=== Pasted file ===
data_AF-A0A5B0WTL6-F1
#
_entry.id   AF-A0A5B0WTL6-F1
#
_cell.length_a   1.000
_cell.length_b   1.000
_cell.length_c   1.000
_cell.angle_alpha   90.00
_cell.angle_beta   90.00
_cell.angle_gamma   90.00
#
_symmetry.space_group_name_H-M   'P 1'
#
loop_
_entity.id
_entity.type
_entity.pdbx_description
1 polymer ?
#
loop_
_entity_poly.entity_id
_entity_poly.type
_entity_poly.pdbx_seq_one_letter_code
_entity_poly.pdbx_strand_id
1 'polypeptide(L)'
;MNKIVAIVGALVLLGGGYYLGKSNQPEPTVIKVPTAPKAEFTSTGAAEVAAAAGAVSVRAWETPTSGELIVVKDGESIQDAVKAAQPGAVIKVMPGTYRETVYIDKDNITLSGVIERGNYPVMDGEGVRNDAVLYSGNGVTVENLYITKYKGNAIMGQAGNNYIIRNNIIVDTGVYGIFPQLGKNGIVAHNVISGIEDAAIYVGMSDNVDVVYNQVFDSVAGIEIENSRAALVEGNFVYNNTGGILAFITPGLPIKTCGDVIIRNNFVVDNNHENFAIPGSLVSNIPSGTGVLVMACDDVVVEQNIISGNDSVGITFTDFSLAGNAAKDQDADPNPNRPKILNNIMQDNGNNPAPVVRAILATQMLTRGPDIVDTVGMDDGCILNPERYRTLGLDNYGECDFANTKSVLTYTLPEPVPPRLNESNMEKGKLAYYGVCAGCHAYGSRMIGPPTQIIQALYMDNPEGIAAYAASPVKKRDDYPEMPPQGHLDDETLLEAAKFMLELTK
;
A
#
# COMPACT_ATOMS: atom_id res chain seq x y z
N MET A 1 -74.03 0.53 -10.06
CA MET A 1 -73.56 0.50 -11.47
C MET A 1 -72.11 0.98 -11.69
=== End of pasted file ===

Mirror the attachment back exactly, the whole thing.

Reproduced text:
data_AF-A0A5B0WTL6-F1
#
_entry.id   AF-A0A5B0WTL6-F1
#
_cell.length_a   1.000
_cell.length_b   1.000
_cell.length_c   1.000
_cell.angle_alpha   90.00
_cell.angle_beta   90.00
_cell.angle_gamma   90.00
#
_symmetry.space_group_name_H-M   'P 1'
#
loop_
_entity.id
_entity.type
_entity.pdbx_description
1 polymer ?
#
loop_
_entity_poly.entity_id
_entity_poly.type
_entity_poly.pdbx_seq_one_letter_code
_entity_poly.pdbx_strand_id
1 'polypeptide(L)'
;MNKIVAIVGALVLLGGGYYLGKSNQPEPTVIKVPTAPKAEFTSTGAAEVAAAAGAVSVRAWETPTSGELIVVKDGESIQDAVKAAQPGAVIKVMPGTYRETVYIDKDNITLSGVIERGNYPVMDGEGVRNDAVLYSGNGVTVENLYITKYKGNAIMGQAGNNYIIRNNIIVDTGVYGIFPQLGKNGIVAHNVISGIEDAAIYVGMSDNVDVVYNQVFDSVAGIEIENSRAALVEGNFVYNNTGGILAFITPGLPIKTCGDVIIRNNFVVDNNHENFAIPGSLVSNIPSGTGVLVMACDDVVVEQNIISGNDSVGITFTDFSLAGNAAKDQDADPNPNRPKILNNIMQDNGNNPAPVVRAILATQMLTRGPDIVDTVGMDDGCILNPERYRTLGLDNYGECDFANTKSVLTYTLPEPVPPRLNESNMEKGKLAYYGVCAGCHAYGSRMIGPPTQIIQALYMDNPEGIAAYAASPVKKRDDYPEMPPQGHLDDETLLEAAKFMLELTK
;
A
#
# COMPACT_ATOMS: atom_id res chain seq x y z
N MET A 1 -74.03 0.53 -10.06
CA MET A 1 -73.56 0.50 -11.47
C MET A 1 -72.11 0.98 -11.69